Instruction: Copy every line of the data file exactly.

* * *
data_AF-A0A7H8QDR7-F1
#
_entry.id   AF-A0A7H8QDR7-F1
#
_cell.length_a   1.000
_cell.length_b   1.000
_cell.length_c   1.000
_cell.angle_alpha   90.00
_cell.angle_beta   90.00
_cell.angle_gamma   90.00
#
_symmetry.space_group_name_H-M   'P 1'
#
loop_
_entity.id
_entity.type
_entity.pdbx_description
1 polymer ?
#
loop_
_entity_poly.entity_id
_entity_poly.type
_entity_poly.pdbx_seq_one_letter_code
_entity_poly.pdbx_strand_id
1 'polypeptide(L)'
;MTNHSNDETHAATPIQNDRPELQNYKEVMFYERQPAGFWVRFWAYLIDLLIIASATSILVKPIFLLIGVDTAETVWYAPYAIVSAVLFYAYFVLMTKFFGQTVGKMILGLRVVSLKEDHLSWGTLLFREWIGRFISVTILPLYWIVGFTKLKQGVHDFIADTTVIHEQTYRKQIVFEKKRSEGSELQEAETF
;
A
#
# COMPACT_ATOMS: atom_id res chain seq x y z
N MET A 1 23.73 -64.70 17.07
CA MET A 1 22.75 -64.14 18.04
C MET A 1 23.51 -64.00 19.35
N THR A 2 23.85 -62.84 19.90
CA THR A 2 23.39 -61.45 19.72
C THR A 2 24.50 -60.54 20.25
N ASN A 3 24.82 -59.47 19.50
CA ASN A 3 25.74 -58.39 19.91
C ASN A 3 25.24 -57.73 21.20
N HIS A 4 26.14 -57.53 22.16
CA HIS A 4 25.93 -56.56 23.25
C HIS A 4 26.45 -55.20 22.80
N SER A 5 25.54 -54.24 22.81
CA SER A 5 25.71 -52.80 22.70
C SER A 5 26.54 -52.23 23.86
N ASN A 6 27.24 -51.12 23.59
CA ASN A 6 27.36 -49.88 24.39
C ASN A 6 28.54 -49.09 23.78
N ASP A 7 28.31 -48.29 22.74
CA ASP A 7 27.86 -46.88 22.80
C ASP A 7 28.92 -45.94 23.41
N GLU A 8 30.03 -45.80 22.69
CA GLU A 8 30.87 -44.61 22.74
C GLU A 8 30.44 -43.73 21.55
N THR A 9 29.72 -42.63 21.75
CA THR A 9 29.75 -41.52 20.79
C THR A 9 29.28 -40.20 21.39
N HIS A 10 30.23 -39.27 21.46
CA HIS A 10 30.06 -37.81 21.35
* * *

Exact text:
data_AF-A0A7H8QDR7-F1
#
_entry.id   AF-A0A7H8QDR7-F1
#
_cell.length_a   1.000
_cell.length_b   1.000
_cell.length_c   1.000
_cell.angle_alpha   90.00
_cell.angle_beta   90.00
_cell.angle_gamma   90.00
#
_symmetry.space_group_name_H-M   'P 1'
#
loop_
_entity.id
_entity.type
_entity.pdbx_description
1 polymer ?
#
loop_
_entity_poly.entity_id
_entity_poly.type
_entity_poly.pdbx_seq_one_letter_code
_entity_poly.pdbx_strand_id
1 'polypeptide(L)'
;MTNHSNDETHAATPIQNDRPELQNYKEVMFYERQPAGFWVRFWAYLIDLLIIASATSILVKPIFLLIGVDTAETVWYAPYAIVSAVLFYAYFVLMTKFFGQTVGKMILGLRVVSLKEDHLSWGTLLFREWIGRFISVTILPLYWIVGFTKLKQGVHDFIADTTVIHEQTYRKQIVFEKKRSEGSELQEAETF
;
A
#
# COMPACT_ATOMS: atom_id res chain seq x y z
N MET A 1 23.73 -64.70 17.07
CA MET A 1 22.75 -64.14 18.04
C MET A 1 23.51 -64.00 19.35
N THR A 2 23.85 -62.84 19.90
CA THR A 2 23.39 -61.45 19.72
C THR A 2 24.50 -60.54 20.25
N ASN A 3 24.82 -59.47 19.50
CA ASN A 3 25.74 -58.39 19.91
C ASN A 3 25.24 -57.73 21.20
N HIS A 4 26.14 -57.53 22.16
CA HIS A 4 25.93 -56.56 23.25
C HIS A 4 26.45 -55.20 22.80
N SER A 5 25.54 -54.24 22.81
CA SER A 5 25.71 -52.80 22.70
C SER A 5 26.54 -52.23 23.86
N ASN A 6 27.24 -51.12 23.59
CA ASN A 6 27.36 -49.88 24.39
C ASN A 6 28.54 -49.09 23.78
N ASP A 7 28.31 -48.29 22.74
CA ASP A 7 27.86 -46.88 22.80
C ASP A 7 28.92 -45.94 23.41
N GLU A 8 30.03 -45.80 22.69
CA GLU A 8 30.87 -44.61 22.74
C GLU A 8 30.44 -43.73 21.55
N THR A 9 29.72 -42.63 21.75
CA THR A 9 29.75 -41.52 20.79
C THR A 9 29.28 -40.20 21.39
N HIS A 10 30.23 -39.27 21.46
CA HIS A 10 30.06 -37.81 21.35